Charles JunkChuck

    I've had some good dogs in my life, and I've read more than a few books about how to best manage the transition of those dogs as they joined my household. I can't recommend this book enough. It is fantastic and, if you take it seriously and put in the time, will help you to have a great relationship with your dog. In early February, while delivering some donations to a local no-kill shelter, my wife suggested that we look at the puppies. I was unimpressed, still smarting from the previous year's I've had some good dogs in my life, and I've read more than a few books about how to best manage the transition of those dogs as they joined my household. I can't recommend this book enough. It is fantastic and, if you take it seriously and put in the time, will help you to have a great relationship with your dog. In early February, while delivering some donations to a local no-kill shelter, my wife suggested that we look at the puppies. I was unimpressed, still smarting from the previous year's loss of a beloved companion who'd been with us for 17 wonderful years. I was drawn to a sad-eyed young bulldog mix who huddled in the back corner of her cage, but tentatively crawled towards me when I knelt to her level and called. Like a lot of folks, I was not inclined to adopt a Bullie, but I couldn't get her off my mind. She seemed so sad, and had a story that explained why--she'd been surrendered by an owner who became too ill to care for her, then mistreated by a second owner. Knowing that she would be a project, we took her home a few days later--and bought this book a day after that. I cannot say how much "Decoding" has not only eased the adjustment period for all of us, but helped us to find the sweet, affectionate, intelligent, and enthusiastic dog that was hiding behind the shivering, sad, sixty-five pound ball of muscle we first took home with us. The approach here is contrary to a lot of the old wisdom I'd read about pack dynamics and dominance and relies much more on experiential results and the growing body of animal psychology. None of that old Alpha and Omega stuff, but scientific methods of support and conditioning that teach your dog what you want her to do, rather than forcing them to comply out of fear. Managing behaviors, training your dog to do what she needs to do--it's remarkable and, frankly, it makes so much sense that I'm amazed it took so long for someone to get this in print. It's not magic, of course. It requires work (if playing with your dog is work) and consistency on your part, but we experienced progress almost immediately. Our dog quickly came out of her shell and learned that she can trust us, and that we wouldn't hurt her, and blossomed into an energetic, affectionate, playful, and attentive companion. She's still got work to do, but it's been a remarkable process and I owe so much to reading this book and taking the advice seriously.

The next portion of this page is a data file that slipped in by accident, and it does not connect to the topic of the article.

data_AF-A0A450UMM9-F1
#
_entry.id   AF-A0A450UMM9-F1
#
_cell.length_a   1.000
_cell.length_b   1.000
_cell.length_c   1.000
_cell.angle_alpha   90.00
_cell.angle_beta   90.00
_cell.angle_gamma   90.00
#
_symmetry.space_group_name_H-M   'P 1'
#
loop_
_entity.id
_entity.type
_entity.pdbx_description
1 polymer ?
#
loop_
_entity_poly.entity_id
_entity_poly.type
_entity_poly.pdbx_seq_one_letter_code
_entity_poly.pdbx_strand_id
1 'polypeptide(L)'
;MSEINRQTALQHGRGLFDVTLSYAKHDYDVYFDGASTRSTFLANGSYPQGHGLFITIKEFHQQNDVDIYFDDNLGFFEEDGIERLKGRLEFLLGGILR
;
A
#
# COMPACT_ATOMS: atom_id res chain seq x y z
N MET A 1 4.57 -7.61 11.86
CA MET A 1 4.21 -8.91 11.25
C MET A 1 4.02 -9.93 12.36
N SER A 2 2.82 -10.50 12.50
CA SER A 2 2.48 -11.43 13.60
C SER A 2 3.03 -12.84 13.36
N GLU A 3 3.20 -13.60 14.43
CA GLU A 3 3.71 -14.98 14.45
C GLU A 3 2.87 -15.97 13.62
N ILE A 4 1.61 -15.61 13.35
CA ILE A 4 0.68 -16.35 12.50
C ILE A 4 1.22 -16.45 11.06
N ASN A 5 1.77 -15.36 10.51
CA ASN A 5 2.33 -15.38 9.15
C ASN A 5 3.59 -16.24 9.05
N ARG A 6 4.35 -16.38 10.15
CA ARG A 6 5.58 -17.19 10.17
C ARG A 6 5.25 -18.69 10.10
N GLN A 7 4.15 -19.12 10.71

15. 5 out of 5

    Solita